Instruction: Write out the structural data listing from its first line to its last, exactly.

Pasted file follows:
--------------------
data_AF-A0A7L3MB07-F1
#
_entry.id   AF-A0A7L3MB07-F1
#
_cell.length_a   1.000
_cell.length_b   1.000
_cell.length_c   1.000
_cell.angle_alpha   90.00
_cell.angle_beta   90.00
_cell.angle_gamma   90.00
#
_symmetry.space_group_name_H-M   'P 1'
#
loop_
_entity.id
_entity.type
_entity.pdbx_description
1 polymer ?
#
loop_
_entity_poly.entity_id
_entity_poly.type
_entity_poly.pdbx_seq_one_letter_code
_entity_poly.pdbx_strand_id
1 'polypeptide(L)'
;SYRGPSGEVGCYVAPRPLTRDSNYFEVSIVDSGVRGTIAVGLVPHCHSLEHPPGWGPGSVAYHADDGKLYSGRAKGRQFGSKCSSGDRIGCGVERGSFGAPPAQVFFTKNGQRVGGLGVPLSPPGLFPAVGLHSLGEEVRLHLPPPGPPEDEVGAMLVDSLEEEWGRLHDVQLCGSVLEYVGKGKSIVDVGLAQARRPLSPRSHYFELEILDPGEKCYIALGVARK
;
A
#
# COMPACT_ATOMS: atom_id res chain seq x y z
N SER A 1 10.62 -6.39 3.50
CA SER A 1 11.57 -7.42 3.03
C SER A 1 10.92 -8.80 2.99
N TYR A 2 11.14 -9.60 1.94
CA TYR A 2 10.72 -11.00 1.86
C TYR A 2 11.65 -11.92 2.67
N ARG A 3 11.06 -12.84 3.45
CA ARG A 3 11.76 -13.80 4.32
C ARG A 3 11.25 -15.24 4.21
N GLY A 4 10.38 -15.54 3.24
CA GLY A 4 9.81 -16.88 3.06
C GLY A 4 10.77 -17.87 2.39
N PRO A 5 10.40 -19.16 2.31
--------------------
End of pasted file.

data_AF-A0A7L3MB07-F1
#
_entry.id   AF-A0A7L3MB07-F1
#
_cell.length_a   1.000
_cell.length_b   1.000
_cell.length_c   1.000
_cell.angle_alpha   90.00
_cell.angle_beta   90.00
_cell.angle_gamma   90.00
#
_symmetry.space_group_name_H-M   'P 1'
#
loop_
_entity.id
_entity.type
_entity.pdbx_description
1 polymer ?
#
loop_
_entity_poly.entity_id
_entity_poly.type
_entity_poly.pdbx_seq_one_letter_code
_entity_poly.pdbx_strand_id
1 'polypeptide(L)'
;SYRGPSGEVGCYVAPRPLTRDSNYFEVSIVDSGVRGTIAVGLVPHCHSLEHPPGWGPGSVAYHADDGKLYSGRAKGRQFGSKCSSGDRIGCGVERGSFGAPPAQVFFTKNGQRVGGLGVPLSPPGLFPAVGLHSLGEEVRLHLPPPGPPEDEVGAMLVDSLEEEWGRLHDVQLCGSVLEYVGKGKSIVDVGLAQARRPLSPRSHYFELEILDPGEKCYIALGVARK
;
A
#
# COMPACT_ATOMS: atom_id res chain seq x y z
N SER A 1 10.62 -6.39 3.50
CA SER A 1 11.57 -7.42 3.03
C SER A 1 10.92 -8.80 2.99
N TYR A 2 11.14 -9.60 1.94
CA TYR A 2 10.72 -11.00 1.86
C TYR A 2 11.65 -11.92 2.67
N ARG A 3 11.06 -12.84 3.45
CA ARG A 3 11.76 -13.80 4.32
C ARG A 3 11.25 -15.24 4.21
N GLY A 4 10.38 -15.54 3.24
CA GLY A 4 9.81 -16.88 3.06
C GLY A 4 10.77 -17.87 2.39
N PRO A 5 10.40 -19.16 2.31